September 24, 2007 – Sport bikes: solid sales in a slow market
September 19, 2007
Filed under Features
By Steve Bauer
Despite a struggling economy and lackluster sales in parts of the sport bike market the past two years, manufacturers are pinning their hopes that two particular segments — the 600cc and 1000cc — will continue to pull in both new and returning customers.
While the short-term future of the sport bike market looks bright, manufacturers worry about the long-term effects the dragging economy will have on sport bikes.
An area of growth?
Michael Lock, CEO of Ducati North America, says in terms of market growth, there are two subsections manufacturers are keeping a close eye on as far as overall sport bike sales go: the 600cc segment and the 1000cc, or as he calls it the “leader bike market.” Lock says the 600cc market is down while the 1000cc has seen a little growth.
“We all know why (600cc sales are down), this is all about interest rates and customer confidence,” he said. “This is about people’s mortgages getting yanked up, and it’s about people paying higher annual percentage rates on things they buy and having less disposal income.”
While Lock is concerned about the short-term future of the 600cc market, other manufacturers continue to see increased growth in that area.
“We’ve had great success in the last several years with our GSX-R sport bikes,” said Glenn Hansen, the communication manager for American Suzuki Motor Corp.’s motorcycle and ATV division. “In particular we’ve seen great numbers from our GSX-R 600, which has been our best seller and the industry’s top-selling sport bike. And we really don’t see a lot changing in that category.”
Hansen says the American sport bike buyer will always be intrigued by the 600cc segment for a number of reasons — racing, the lifestyle, the look and customization and overall performance riding. Because of these factors, he foresees continued growth for the 600 class.
“For the GSX-R 600, that bike just continues to sell so well for us, and we are on track overall with that bike as far as our budgeted outlook for the calendar year 2007,” he said, “so we don’t see a slowdown in that 600 class.”
Kevin Foley, Yamaha’s street bike media relations manager, says his company continues to see growth in the 600cc class as well.
“I think the 600cc segment is always going to be important and do well, because in that category you get a lot of bang for the buck, so to speak, and you’re going to attract not only an entry level guy but also a more experienced rider as well,” he said. “I think that segment, even if there wasn’t any growth, is still extremely important because a lot of riders enter the market there, and maybe down the road, they trade up. So it’s important to us. We’re going to keep evolving that product; we always have. We have a strong race effort and that’s going to be a priority to us regardless of what the numbers show because it’s a foundation of our sport bike products.”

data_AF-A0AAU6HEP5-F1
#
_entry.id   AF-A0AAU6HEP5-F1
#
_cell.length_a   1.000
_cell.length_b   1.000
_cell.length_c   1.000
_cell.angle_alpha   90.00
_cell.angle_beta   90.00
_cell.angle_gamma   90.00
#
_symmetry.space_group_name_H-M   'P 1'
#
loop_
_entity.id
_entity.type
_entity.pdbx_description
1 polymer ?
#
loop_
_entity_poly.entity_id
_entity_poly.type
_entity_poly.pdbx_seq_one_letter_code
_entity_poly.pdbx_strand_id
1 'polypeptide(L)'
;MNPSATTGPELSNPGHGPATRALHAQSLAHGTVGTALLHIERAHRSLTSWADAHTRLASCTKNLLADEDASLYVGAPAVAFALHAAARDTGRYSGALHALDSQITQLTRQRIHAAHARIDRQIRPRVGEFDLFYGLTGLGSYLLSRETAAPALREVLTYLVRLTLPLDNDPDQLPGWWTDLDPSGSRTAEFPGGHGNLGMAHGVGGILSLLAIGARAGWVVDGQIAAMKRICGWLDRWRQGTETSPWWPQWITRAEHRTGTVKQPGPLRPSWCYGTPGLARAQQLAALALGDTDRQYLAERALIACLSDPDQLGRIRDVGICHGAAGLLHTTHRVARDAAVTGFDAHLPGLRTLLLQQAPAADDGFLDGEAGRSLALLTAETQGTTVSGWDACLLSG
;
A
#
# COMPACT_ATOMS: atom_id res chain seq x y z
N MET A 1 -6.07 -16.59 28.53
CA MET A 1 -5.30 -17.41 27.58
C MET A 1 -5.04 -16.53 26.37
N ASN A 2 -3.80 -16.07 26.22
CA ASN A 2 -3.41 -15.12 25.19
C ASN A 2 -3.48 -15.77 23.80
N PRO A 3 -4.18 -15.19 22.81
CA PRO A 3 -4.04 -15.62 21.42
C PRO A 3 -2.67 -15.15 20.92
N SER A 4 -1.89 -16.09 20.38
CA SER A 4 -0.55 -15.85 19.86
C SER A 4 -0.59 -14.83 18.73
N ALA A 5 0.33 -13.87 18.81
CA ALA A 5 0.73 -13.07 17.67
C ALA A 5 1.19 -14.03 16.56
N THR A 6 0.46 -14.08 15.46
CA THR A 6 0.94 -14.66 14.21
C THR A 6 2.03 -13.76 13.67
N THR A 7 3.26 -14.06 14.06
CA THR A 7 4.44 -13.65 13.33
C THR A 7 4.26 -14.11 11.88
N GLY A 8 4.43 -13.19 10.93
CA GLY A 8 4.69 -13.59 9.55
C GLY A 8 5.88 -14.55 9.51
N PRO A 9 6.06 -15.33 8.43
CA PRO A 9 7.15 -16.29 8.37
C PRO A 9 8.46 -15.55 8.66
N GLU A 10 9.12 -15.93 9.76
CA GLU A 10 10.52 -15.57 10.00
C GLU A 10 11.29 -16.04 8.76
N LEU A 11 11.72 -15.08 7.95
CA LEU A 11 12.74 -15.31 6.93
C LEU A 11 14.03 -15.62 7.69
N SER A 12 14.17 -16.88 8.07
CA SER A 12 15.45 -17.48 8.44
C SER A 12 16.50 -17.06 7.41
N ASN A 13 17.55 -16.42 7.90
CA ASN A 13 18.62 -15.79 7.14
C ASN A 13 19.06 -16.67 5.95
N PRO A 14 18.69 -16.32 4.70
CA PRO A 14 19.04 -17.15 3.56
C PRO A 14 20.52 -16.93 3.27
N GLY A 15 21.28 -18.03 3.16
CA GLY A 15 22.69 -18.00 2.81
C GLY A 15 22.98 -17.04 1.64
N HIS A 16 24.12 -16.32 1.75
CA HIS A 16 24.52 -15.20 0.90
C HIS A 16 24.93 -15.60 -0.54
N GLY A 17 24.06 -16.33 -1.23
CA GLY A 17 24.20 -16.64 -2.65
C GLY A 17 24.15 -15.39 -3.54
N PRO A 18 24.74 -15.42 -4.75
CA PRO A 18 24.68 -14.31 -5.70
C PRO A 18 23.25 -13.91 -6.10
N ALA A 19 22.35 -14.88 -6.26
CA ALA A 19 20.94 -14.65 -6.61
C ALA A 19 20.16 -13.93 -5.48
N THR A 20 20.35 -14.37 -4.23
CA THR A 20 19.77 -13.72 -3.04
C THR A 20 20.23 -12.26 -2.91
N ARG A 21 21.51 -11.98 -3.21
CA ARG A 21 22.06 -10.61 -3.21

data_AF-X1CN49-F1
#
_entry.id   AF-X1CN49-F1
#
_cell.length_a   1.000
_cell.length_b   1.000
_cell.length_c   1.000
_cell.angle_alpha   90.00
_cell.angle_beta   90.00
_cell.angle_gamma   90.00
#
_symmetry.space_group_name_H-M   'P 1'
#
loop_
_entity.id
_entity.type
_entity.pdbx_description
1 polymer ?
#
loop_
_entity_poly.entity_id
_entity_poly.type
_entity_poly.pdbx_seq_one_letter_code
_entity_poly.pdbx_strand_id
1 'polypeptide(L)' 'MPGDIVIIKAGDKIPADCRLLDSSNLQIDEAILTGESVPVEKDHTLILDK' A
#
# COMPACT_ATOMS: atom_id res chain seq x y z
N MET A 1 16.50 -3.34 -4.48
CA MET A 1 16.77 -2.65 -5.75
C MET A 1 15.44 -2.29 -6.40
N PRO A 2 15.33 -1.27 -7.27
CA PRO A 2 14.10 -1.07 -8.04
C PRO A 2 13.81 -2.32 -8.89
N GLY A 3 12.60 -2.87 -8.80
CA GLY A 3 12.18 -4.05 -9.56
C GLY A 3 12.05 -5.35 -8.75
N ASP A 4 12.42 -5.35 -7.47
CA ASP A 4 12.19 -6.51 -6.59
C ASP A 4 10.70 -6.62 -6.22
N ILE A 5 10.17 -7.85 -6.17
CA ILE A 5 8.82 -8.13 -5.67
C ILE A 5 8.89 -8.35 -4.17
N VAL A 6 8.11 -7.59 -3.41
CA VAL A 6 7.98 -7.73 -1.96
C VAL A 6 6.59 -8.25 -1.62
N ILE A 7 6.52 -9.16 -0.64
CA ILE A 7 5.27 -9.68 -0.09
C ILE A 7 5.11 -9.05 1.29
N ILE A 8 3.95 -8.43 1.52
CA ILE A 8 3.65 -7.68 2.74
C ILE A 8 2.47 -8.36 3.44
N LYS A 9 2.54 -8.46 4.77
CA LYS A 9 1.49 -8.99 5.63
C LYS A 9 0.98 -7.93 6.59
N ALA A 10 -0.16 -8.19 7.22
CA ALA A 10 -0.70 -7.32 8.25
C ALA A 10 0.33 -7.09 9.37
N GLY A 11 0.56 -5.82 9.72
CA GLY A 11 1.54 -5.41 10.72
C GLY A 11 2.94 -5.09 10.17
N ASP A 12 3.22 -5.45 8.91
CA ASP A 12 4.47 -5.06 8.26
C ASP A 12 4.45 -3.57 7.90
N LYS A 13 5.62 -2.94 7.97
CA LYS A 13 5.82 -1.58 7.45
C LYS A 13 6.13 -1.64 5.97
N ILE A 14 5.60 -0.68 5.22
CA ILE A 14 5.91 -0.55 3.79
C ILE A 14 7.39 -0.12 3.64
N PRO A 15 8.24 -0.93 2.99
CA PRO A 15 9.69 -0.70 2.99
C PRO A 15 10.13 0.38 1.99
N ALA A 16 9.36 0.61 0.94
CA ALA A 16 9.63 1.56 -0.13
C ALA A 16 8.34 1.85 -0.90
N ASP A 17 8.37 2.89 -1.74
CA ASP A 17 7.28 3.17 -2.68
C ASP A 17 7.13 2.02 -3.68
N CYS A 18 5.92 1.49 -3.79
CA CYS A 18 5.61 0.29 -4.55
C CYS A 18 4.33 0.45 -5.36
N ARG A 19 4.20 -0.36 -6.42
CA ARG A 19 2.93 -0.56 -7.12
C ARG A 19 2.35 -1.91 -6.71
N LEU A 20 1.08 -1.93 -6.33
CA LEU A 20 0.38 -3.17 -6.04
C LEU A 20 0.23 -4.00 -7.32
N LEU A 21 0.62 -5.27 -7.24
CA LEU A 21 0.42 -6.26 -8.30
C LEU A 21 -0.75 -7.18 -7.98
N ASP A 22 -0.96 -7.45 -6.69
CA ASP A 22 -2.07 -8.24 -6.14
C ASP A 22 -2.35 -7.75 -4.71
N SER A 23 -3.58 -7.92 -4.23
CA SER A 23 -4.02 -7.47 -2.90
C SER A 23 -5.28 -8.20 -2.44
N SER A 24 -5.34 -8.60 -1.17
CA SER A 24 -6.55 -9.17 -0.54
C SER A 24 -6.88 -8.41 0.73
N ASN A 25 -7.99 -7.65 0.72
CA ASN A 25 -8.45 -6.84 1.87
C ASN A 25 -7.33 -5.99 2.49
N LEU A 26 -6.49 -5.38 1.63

Gauging the 1000cc market
A second area of the market manufacturers see room for growth in is the 1000cc segment, which is marked by a more mature, experienced customer base that has the disposable income to continue purchasing motorcycles despite a struggling economy.
Ducati’s Lock says the 1000cc market has seen about 3 percent growth this year, which doesn’t sound like a lot, but it is when compared to most other bike markets (especially cruisers) for 2007.
“The 1000cc is the mature guys who have disposal income,” he said. “So it makes perfect sense to me that the 1000 market is quite well propped up and growing because those guys are less affected by macro economic factors.”
Foley says Yamaha’s 1000cc model has always created positive sales for the company, and he doesn’t see that changing despite the tough market conditions.
“Even though the market is maturing right now, you’re still seeing growth in certain segments, for example the 1000cc sport, which we call the naked segment,” he said. “Our bike, the FZ1, has done very well in that segment in the past and currently, and you’re seeing more mature riders returning to that segment.”
A bright future?
Despite the recent market downturn and flat sales in many parts of the industry, OEMs see great potential in the future for the sport bike segment as a whole, as the segment gains more TV coverage, along with more technological advances and an increased awareness from younger consumers.
“A number of us here at Suzuki frequently need a track to rent, whether it’s for a photo shoot or race testing or a press event, and it’s more difficult to rent a road race track today,” Hansen said. “The reason is because more people than ever want to get on the track, whether it’s a club event or something else. We think there’s not only continued popularity in sport bikes themselves in the immediate future, but also that there are more things feeding the sport bike segment to keep it growing too.”
Hansen does admit there are some challenges the segment will have to overcome, especially continuing to offer great products and services in a down economy and even the potential economic effects of the upcoming presidential election next November. “We were just in a meeting recently talking about the upcoming election year, and there’s great mystery around a presidential election and people’s economic expectations and forecasting runs amok,” he said. “Other than that, the environment for motorcycling continues to be good, but there’s an uncertainty about the economy that keeps people a little more hesitant to spend right now.”
— Neil Pascale contributed to this article